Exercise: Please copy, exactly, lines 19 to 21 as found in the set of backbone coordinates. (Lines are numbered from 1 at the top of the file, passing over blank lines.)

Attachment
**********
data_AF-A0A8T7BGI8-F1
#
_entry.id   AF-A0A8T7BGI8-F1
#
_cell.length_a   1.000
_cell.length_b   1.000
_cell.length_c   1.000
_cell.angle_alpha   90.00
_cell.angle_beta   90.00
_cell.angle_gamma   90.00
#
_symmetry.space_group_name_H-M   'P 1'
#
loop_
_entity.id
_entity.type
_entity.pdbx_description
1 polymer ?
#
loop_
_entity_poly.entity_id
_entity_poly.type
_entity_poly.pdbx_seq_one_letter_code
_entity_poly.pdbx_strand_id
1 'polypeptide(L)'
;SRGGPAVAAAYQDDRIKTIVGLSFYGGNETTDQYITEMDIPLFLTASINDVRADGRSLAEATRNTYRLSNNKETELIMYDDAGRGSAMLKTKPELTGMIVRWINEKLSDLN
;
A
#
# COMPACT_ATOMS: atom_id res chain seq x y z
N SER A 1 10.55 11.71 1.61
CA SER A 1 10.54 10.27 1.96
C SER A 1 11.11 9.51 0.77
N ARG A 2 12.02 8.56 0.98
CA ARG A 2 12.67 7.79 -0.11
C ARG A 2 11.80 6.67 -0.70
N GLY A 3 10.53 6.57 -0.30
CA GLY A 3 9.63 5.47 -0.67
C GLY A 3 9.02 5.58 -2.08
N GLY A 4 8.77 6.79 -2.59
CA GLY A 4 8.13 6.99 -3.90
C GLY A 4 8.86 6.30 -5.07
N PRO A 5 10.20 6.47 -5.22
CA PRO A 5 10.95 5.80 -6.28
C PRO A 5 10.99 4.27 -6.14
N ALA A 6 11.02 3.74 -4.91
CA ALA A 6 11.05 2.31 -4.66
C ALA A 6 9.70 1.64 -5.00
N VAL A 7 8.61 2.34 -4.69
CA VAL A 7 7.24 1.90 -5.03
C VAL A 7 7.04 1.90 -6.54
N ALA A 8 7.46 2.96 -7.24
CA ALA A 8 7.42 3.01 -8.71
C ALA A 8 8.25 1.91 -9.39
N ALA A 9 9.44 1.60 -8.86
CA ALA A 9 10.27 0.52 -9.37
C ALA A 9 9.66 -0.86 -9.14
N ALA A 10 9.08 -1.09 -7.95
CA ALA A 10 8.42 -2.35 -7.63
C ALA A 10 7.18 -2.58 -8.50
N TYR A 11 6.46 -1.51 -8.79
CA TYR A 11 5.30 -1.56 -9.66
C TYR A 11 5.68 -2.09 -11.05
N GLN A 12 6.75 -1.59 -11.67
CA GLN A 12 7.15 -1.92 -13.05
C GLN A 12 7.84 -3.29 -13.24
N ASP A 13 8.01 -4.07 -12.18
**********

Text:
#
loop_
_entity_poly.entity_id